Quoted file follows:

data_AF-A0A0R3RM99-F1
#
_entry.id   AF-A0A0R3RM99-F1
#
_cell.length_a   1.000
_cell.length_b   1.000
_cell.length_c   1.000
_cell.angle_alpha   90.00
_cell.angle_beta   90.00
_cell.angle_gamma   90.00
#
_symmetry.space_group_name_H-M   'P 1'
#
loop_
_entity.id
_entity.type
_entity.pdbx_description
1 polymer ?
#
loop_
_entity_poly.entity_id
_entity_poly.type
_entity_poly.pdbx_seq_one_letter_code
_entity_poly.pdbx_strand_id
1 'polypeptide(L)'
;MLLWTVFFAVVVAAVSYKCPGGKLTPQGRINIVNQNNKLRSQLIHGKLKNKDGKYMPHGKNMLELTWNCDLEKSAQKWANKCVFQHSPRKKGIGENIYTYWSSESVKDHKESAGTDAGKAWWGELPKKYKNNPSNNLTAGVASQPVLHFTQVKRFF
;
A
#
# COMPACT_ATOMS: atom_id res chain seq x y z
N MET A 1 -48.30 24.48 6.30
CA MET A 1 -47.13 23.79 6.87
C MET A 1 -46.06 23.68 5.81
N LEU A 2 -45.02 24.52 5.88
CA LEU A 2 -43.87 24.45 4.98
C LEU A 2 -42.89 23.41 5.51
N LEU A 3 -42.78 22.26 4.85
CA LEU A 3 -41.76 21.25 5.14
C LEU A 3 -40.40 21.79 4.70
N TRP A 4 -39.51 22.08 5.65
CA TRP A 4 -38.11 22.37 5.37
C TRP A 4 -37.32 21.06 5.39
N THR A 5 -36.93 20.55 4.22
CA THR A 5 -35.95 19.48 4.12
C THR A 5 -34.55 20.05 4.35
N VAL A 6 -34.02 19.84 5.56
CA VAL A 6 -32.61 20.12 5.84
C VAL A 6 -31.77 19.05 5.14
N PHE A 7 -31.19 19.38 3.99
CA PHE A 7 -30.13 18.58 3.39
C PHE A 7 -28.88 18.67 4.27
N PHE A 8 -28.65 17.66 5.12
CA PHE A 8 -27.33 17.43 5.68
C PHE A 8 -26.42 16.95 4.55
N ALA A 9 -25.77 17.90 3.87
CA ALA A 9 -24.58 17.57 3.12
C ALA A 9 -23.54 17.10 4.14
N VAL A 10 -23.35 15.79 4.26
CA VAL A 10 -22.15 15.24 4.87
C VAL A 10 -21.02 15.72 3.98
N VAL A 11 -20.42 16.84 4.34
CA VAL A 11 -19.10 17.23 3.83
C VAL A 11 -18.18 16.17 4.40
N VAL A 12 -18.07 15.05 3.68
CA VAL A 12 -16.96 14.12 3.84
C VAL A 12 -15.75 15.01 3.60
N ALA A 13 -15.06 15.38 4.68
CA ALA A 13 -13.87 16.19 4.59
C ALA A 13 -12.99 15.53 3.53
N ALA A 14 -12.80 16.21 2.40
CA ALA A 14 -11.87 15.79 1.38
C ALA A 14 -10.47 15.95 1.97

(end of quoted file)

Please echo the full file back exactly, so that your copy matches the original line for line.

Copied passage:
data_AF-A0A0R3RM99-F1
#
_entry.id   AF-A0A0R3RM99-F1
#
_cell.length_a   1.000
_cell.length_b   1.000
_cell.length_c   1.000
_cell.angle_alpha   90.00
_cell.angle_beta   90.00
_cell.angle_gamma   90.00
#
_symmetry.space_group_name_H-M   'P 1'
#
loop_
_entity.id
_entity.type
_entity.pdbx_description
1 polymer ?
#
loop_
_entity_poly.entity_id
_entity_poly.type
_entity_poly.pdbx_seq_one_letter_code
_entity_poly.pdbx_strand_id
1 'polypeptide(L)'
;MLLWTVFFAVVVAAVSYKCPGGKLTPQGRINIVNQNNKLRSQLIHGKLKNKDGKYMPHGKNMLELTWNCDLEKSAQKWANKCVFQHSPRKKGIGENIYTYWSSESVKDHKESAGTDAGKAWWGELPKKYKNNPSNNLTAGVASQPVLHFTQVKRFF
;
A
#
# COMPACT_ATOMS: atom_id res chain seq x y z
N MET A 1 -48.30 24.48 6.30
CA MET A 1 -47.13 23.79 6.87
C MET A 1 -46.06 23.68 5.81
N LEU A 2 -45.02 24.52 5.88
CA LEU A 2 -43.87 24.45 4.98
C LEU A 2 -42.89 23.41 5.51
N LEU A 3 -42.78 22.26 4.85
CA LEU A 3 -41.76 21.25 5.14
C LEU A 3 -40.40 21.79 4.70
N TRP A 4 -39.51 22.08 5.65
CA TRP A 4 -38.11 22.37 5.37
C TRP A 4 -37.32 21.06 5.39
N THR A 5 -36.93 20.55 4.22
CA THR A 5 -35.95 19.48 4.12
C THR A 5 -34.55 20.05 4.35
N VAL A 6 -34.02 19.84 5.56
CA VAL A 6 -32.61 20.12 5.84
C VAL A 6 -31.77 19.05 5.14
N PHE A 7 -31.19 19.38 3.99
CA PHE A 7 -30.13 18.58 3.39
C PHE A 7 -28.88 18.67 4.27
N PHE A 8 -28.65 17.66 5.12
CA PHE A 8 -27.33 17.43 5.68
C PHE A 8 -26.42 16.95 4.55
N ALA A 9 -25.77 17.90 3.87
CA ALA A 9 -24.58 17.57 3.12
C ALA A 9 -23.54 17.10 4.14
N VAL A 10 -23.35 15.79 4.26
CA VAL A 10 -22.15 15.24 4.87
C VAL A 10 -21.02 15.72 3.98
N VAL A 11 -20.42 16.84 4.34
CA VAL A 11 -19.10 17.23 3.83
C VAL A 11 -18.18 16.17 4.40
N VAL A 12 -18.07 15.05 3.68
CA VAL A 12 -16.96 14.12 3.84
C VAL A 12 -15.75 15.01 3.60
N ALA A 13 -15.06 15.38 4.68
CA ALA A 13 -13.87 16.19 4.59
C ALA A 13 -12.99 15.53 3.53
N ALA A 14 -12.80 16.21 2.40
CA ALA A 14 -11.87 15.79 1.38
C ALA A 14 -10.47 15.95 1.97